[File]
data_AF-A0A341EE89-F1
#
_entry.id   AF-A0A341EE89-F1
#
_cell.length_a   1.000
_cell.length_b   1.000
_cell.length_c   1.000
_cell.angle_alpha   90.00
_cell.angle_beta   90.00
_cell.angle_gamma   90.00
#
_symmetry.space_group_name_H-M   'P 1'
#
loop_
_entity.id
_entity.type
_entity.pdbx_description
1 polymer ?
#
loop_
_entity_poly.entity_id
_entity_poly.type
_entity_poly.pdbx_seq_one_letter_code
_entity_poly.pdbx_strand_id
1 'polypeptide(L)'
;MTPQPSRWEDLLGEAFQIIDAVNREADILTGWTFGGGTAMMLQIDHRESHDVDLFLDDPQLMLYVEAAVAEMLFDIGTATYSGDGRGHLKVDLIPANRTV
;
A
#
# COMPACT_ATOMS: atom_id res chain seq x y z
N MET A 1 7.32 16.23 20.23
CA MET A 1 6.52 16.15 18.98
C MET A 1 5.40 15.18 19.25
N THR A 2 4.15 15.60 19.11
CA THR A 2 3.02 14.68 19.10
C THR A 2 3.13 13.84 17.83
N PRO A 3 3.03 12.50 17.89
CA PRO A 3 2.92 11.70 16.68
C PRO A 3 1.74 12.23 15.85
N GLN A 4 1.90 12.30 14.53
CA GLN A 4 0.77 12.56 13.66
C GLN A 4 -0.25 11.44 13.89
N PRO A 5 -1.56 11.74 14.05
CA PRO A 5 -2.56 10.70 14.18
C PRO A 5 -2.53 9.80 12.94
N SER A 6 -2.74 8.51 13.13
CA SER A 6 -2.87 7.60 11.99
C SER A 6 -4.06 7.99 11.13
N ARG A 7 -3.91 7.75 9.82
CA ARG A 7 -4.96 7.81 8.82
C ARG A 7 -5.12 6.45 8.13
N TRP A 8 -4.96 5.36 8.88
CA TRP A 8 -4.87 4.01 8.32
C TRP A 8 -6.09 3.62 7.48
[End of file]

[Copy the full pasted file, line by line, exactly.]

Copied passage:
data_AF-A0A341EE89-F1
#
_entry.id   AF-A0A341EE89-F1
#
_cell.length_a   1.000
_cell.length_b   1.000
_cell.length_c   1.000
_cell.angle_alpha   90.00
_cell.angle_beta   90.00
_cell.angle_gamma   90.00
#
_symmetry.space_group_name_H-M   'P 1'
#
loop_
_entity.id
_entity.type
_entity.pdbx_description
1 polymer ?
#
loop_
_entity_poly.entity_id
_entity_poly.type
_entity_poly.pdbx_seq_one_letter_code
_entity_poly.pdbx_strand_id
1 'polypeptide(L)'
;MTPQPSRWEDLLGEAFQIIDAVNREADILTGWTFGGGTAMMLQIDHRESHDVDLFLDDPQLMLYVEAAVAEMLFDIGTATYSGDGRGHLKVDLIPANRTV
;
A
#
# COMPACT_ATOMS: atom_id res chain seq x y z
N MET A 1 7.32 16.23 20.23
CA MET A 1 6.52 16.15 18.98
C MET A 1 5.40 15.18 19.25
N THR A 2 4.15 15.60 19.11
CA THR A 2 3.02 14.68 19.10
C THR A 2 3.13 13.84 17.83
N PRO A 3 3.03 12.50 17.89
CA PRO A 3 2.92 11.70 16.68
C PRO A 3 1.74 12.23 15.85
N GLN A 4 1.90 12.30 14.53
CA GLN A 4 0.77 12.56 13.66
C GLN A 4 -0.25 11.44 13.89
N PRO A 5 -1.56 11.74 14.05
CA PRO A 5 -2.56 10.70 14.18
C PRO A 5 -2.53 9.80 12.94
N SER A 6 -2.74 8.51 13.13
CA SER A 6 -2.87 7.60 11.99
C SER A 6 -4.06 7.99 11.13
N ARG A 7 -3.91 7.75 9.82
CA ARG A 7 -4.96 7.81 8.82
C ARG A 7 -5.12 6.45 8.13
N TRP A 8 -4.96 5.36 8.88
CA TRP A 8 -4.87 4.01 8.32
C TRP A 8 -6.09 3.62 7.48